India is a home to 6.5 % of fauna across the world, portraying the wide bio diversity of India. It also accounts for 16 rare species of exotic animals.
The total animal species found in India are a whopping 91,000 according to scientists.
Let us see, where we can find those exotic specie in India..
Image Credit: Rohit Naniwadekar
Black Giant Squirrel is one such exotic specie found in North Eastern parts of India in Himalayan ranges. It weighs approximately 1.5 kg for an adult and can be found in Namphada Tiger Reserve in Arunachal Pradesh.
Golden Langur is found in Assam in Bramhaputra Islands of the state. Its fur changes color depends on season for camouflage. It is slightly red fur on the top and sides and lighter color underneath.
This is an endangered specie.
Image Credit : Kalyan Varma
Indian giant flying squirrel is nocturnal and arboreal animal, where it spends most of its life in the canopy. It makes nests in tree hollows lined with bark, fur, moss, and leaves. The species is sociable when food is abundant, but intraspecies attacks increase with food scarcity.
In India, you can find this in Ratanmahal Sloth Bear Sanctuary in Gujarat.
Image Credit : Nihab Jain
Lion Tailed Macaque is once considered as endangered, but now, it thrives in western ghats across Tamil Nadu, Kerala and Karnataka. The monkey has a distinctive white mane, like Lion and its ferocity gets its name. It is active during the day and is mostly found in upper branches of trees and rarely comes down and socialize with humans.
This rare specie can be sighted in most south Indian wild life sanctuaries in Mudumalai WLS, Annamalai WLS or Periyar Tiger Reserve.
Chiru, is an endangered specie found in Tibet in Changtang Nature Reserve, but also in Ladakh region in India. This specie has a rare adaptation of the fetal version of hemoglobin even in adult animals, which provides higher oxygen affinity. The Tibetan antelope is the only species of mammal where this adaptation has been documented .
In India, you can find this in upper rarer region of Ladakh, which can reached only by trek by seasoned mountaineers.
Mouse deer, is one of the rarest form of deer is a primitive animal without much evolution, tracing its back to oligocene period (of over 34 million years). Its has several species of its variant which are known only from fossils.
In India, this rare specie can be found in Nagarhole Wild Life Sanctuary.
Image Credit : Zoo Hluboka
Himalayan Brown Bear is one of the endangered bear. It can now can be found in Pakistan and Indian Himalayan ranges and also in Afghanistan and Krygstan.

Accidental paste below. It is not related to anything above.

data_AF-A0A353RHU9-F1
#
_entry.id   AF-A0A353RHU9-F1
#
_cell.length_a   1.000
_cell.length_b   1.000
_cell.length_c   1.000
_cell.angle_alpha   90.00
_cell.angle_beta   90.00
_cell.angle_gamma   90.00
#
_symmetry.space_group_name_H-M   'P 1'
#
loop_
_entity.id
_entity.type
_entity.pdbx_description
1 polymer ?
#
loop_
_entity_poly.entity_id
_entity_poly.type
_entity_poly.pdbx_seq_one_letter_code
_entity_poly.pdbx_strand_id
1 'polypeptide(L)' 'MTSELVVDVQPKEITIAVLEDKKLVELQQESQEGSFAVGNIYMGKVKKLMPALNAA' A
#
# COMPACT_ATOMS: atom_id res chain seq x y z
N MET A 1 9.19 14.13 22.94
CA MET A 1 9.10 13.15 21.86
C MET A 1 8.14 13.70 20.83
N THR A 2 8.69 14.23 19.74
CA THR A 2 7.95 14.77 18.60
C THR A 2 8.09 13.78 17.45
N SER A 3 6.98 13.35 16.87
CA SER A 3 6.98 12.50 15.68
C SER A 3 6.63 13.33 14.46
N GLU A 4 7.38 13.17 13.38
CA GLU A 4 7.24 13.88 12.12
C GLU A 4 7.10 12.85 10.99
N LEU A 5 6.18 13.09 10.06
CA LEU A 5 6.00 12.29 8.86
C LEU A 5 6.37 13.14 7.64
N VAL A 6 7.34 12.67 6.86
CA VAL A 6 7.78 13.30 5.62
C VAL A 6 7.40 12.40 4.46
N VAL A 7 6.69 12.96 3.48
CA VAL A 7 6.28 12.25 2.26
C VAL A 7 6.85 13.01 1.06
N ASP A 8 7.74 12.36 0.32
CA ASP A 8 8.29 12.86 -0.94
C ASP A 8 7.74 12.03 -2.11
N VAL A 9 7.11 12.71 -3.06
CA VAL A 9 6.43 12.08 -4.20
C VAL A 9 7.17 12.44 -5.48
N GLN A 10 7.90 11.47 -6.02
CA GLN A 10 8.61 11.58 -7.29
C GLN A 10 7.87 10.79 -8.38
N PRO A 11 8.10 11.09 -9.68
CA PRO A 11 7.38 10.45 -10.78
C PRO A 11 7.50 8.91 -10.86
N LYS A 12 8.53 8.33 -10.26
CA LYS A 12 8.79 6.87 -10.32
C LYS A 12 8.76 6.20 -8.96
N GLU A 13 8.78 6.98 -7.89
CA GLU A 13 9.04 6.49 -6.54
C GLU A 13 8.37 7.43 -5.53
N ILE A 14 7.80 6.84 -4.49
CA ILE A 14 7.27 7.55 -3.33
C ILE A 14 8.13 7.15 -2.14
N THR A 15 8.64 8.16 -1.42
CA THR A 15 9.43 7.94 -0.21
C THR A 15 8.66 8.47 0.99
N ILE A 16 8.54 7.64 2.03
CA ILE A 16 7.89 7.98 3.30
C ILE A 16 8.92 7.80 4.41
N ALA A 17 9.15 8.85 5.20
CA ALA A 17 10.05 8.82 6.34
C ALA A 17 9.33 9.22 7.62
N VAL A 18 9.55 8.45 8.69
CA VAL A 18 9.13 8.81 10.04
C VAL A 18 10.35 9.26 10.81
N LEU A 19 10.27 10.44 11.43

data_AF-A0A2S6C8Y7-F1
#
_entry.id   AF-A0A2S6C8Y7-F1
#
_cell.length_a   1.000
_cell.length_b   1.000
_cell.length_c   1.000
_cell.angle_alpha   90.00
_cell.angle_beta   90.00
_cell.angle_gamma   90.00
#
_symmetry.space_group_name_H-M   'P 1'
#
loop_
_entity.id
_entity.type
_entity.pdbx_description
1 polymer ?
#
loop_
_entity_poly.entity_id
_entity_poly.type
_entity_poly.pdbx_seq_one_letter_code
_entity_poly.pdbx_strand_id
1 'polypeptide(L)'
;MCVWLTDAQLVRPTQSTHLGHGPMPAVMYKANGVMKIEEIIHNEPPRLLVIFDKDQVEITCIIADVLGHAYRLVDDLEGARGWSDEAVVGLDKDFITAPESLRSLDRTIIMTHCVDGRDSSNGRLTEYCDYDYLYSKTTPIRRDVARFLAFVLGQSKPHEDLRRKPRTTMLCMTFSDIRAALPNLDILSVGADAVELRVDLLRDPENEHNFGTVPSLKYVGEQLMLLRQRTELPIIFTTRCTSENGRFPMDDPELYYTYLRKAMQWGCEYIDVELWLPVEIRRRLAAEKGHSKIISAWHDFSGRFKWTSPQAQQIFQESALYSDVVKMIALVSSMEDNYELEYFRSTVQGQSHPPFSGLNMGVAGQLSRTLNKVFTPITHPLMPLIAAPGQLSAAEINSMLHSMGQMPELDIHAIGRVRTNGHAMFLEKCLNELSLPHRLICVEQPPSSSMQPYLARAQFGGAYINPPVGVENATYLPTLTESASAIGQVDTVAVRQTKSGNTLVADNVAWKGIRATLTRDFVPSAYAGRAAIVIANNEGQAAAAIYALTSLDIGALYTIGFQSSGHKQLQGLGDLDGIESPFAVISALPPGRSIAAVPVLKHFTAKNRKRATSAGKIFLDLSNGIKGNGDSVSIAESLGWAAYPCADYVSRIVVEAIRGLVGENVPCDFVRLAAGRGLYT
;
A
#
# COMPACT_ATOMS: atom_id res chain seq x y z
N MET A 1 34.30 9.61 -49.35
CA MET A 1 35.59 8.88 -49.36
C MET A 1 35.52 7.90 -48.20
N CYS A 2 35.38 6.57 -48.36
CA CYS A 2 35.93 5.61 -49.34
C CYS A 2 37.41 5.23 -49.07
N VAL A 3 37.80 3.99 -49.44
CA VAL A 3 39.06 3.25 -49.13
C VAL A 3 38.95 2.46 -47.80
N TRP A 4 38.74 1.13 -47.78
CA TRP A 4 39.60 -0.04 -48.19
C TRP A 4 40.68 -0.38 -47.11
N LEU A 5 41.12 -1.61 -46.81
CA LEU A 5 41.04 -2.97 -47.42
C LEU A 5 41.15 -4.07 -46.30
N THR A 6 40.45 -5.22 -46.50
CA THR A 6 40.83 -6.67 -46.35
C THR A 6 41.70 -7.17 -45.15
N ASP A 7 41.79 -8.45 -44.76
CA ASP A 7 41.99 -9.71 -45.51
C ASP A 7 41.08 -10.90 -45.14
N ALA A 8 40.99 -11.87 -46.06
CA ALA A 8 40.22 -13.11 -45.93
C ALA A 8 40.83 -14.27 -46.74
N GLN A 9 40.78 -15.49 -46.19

In India, it can be found in Ladakh regions. The bears go into hibernation in months around October and emerge during April and May. Hibernation usually occurs in a den or cave made by the bear.
It is one of the largest bears in India.
Image Credit: Webster99
Himalayan Marmots are found in higher altitudes of Ladakh in India. They hibernate for most periods in a year upto 7.5 months. Once considered endangered now it can be found across the Himalayan range. Its predators are snow leopards, red fox and tibetan wolf.
These are adapted to this extreme terrain which are devoid of oxygen and can hibernate 30 feet below the ground depending on soils.
Image Credit: C T Cooper
Honey Badger is widely known as the most fearless animal. It can tackle elephants, lions, leopards and fight till its death. It has a rubbery thick skin which is also loose so claws of leopard or tiger cannot cut easily. It is also known to survive venoms of king cobra and other poisonous snakes.
Though their eyesights are poor and it is less observant of its environs. However, the moment it gets attacked, it will take its attack till the predator wears down and it can inflict severe damage due to its deep claws and stronger teeth.
In India, it can be found in Sathyamangalam Forest Reserve, BRT Hills and also in Tadoba Forest reserve of Maharashtra.
Image Credit : Forest Department, Nepal
Himalayan Tahr is rare to spot and is considered endangered. You can find this in slopes of Himalayan ranges from 2,500 to 5,000 meters. They are considered to be invasive and can reach lower regions during night in search of food and water and during day time, it can reach upper altitude to avoid predators. Their horns reach a maximum length of 46 centimetres (18 in).
Himalayan tahrs are sexually dimorphic, with females being smaller in weight and in size and having smaller horns.